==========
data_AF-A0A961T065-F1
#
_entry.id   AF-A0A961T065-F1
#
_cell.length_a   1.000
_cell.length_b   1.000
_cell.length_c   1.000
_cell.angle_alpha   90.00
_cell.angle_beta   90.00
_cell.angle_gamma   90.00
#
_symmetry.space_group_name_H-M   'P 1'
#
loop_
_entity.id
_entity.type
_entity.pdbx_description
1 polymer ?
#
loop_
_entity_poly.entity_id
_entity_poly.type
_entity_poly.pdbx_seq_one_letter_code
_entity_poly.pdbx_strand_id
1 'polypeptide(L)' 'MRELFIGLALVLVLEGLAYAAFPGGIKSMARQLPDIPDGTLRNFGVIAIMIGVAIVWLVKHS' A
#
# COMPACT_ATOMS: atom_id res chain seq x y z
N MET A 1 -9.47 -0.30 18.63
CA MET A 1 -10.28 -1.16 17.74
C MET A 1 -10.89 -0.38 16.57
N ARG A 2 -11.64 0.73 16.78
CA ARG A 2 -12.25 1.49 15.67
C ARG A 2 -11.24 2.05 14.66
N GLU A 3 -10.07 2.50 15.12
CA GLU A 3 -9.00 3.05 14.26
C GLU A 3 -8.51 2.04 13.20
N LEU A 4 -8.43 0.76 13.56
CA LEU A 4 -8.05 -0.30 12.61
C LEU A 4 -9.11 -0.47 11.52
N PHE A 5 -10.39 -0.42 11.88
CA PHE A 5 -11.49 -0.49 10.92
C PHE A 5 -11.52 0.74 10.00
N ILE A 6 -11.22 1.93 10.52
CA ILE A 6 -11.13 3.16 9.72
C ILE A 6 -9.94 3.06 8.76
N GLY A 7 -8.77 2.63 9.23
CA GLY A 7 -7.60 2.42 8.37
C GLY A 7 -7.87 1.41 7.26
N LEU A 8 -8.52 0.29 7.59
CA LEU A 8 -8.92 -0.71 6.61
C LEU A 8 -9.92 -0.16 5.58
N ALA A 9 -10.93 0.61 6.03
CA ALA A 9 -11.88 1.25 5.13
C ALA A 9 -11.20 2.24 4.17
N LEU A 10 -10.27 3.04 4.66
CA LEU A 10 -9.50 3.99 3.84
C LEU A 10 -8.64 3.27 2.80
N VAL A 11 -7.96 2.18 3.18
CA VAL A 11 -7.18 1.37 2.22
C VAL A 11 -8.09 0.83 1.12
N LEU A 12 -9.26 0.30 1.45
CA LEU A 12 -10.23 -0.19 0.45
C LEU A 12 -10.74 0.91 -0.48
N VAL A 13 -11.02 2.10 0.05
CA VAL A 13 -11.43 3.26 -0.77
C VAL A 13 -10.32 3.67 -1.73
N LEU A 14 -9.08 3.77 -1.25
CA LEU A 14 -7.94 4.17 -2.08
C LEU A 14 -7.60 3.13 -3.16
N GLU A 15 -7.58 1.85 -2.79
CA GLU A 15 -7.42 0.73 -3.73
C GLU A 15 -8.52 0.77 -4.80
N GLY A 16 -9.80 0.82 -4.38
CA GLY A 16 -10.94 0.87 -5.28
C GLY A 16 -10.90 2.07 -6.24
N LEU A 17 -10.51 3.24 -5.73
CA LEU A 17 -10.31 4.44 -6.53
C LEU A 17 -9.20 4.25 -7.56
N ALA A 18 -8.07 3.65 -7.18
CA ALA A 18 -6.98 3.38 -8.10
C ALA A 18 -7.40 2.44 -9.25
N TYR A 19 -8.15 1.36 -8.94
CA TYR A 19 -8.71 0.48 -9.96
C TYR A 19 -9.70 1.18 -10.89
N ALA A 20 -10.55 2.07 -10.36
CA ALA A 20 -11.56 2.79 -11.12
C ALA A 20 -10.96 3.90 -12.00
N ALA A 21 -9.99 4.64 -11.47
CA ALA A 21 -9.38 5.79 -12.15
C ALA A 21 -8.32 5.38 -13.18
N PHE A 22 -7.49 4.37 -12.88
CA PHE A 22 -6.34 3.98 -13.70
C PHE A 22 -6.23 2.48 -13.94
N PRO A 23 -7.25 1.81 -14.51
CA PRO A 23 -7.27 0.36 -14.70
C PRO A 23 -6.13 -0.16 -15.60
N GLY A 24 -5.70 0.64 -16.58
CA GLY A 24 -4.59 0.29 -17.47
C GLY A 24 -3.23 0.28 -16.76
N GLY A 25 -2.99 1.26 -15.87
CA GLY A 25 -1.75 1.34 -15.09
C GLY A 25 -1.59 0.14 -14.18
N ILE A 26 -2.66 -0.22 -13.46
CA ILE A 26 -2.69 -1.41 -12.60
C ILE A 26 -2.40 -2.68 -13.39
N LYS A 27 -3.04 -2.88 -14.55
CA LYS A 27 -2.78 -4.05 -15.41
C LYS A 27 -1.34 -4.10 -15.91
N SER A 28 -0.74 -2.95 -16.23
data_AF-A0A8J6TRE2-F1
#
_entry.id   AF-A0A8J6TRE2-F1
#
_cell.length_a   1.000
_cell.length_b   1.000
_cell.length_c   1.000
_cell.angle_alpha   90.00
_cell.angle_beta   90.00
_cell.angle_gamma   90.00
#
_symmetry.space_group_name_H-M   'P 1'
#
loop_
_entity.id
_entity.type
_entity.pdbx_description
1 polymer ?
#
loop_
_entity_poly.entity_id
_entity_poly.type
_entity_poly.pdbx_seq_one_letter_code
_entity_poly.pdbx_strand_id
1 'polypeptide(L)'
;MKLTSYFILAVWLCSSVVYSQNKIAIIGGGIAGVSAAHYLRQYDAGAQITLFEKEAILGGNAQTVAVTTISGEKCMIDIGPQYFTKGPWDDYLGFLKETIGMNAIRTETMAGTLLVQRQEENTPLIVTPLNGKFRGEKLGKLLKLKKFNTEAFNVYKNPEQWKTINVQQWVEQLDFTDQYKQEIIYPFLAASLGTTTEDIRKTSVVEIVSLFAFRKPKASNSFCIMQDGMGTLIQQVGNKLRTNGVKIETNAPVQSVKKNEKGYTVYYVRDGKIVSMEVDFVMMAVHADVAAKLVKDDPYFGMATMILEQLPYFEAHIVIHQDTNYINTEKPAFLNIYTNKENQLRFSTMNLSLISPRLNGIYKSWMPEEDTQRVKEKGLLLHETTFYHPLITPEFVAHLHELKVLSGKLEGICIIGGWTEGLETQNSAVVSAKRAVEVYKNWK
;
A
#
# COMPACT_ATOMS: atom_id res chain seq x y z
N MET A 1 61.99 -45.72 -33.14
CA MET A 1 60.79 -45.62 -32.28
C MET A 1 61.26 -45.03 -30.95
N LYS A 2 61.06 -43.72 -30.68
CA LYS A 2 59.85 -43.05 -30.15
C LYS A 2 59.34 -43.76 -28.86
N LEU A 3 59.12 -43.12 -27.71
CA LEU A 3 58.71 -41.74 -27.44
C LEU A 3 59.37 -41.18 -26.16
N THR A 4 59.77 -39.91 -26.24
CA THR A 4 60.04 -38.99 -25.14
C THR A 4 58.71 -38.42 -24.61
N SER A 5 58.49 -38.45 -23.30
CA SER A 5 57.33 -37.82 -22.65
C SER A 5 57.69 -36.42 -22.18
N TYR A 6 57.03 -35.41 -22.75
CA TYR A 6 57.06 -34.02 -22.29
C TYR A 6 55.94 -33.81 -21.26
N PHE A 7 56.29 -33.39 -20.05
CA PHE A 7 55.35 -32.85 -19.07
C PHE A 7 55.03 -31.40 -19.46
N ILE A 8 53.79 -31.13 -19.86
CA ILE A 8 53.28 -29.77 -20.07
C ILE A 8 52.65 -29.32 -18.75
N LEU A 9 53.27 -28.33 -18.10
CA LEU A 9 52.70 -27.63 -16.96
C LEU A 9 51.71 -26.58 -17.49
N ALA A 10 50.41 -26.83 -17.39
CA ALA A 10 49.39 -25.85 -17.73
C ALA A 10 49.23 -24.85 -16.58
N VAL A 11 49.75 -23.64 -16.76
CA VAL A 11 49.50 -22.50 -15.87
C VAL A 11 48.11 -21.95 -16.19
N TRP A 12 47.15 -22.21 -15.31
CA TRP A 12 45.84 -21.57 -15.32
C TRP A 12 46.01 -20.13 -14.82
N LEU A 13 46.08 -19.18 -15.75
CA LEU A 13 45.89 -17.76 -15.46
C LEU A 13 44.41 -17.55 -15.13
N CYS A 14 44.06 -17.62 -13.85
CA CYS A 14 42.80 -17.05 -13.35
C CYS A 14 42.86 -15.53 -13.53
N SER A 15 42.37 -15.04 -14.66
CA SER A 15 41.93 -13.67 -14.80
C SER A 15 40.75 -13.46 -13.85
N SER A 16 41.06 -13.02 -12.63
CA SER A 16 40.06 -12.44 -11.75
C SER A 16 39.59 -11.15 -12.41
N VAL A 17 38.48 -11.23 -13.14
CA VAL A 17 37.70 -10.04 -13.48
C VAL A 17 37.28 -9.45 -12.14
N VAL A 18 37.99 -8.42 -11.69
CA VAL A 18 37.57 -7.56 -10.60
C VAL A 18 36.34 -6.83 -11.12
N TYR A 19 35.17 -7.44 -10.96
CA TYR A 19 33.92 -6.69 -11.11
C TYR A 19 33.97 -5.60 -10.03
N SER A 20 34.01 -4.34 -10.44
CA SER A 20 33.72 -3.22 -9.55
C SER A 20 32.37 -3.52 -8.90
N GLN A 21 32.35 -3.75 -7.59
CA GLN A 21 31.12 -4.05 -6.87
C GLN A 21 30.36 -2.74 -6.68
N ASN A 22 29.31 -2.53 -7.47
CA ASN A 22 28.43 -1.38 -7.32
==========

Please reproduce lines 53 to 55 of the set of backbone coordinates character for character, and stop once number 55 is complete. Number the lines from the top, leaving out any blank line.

CA ALA A 9 -11.88 1.25 5.13
C ALA A 9 -11.20 2.24 4.17
N LEU A 10 -10.27 3.04 4.66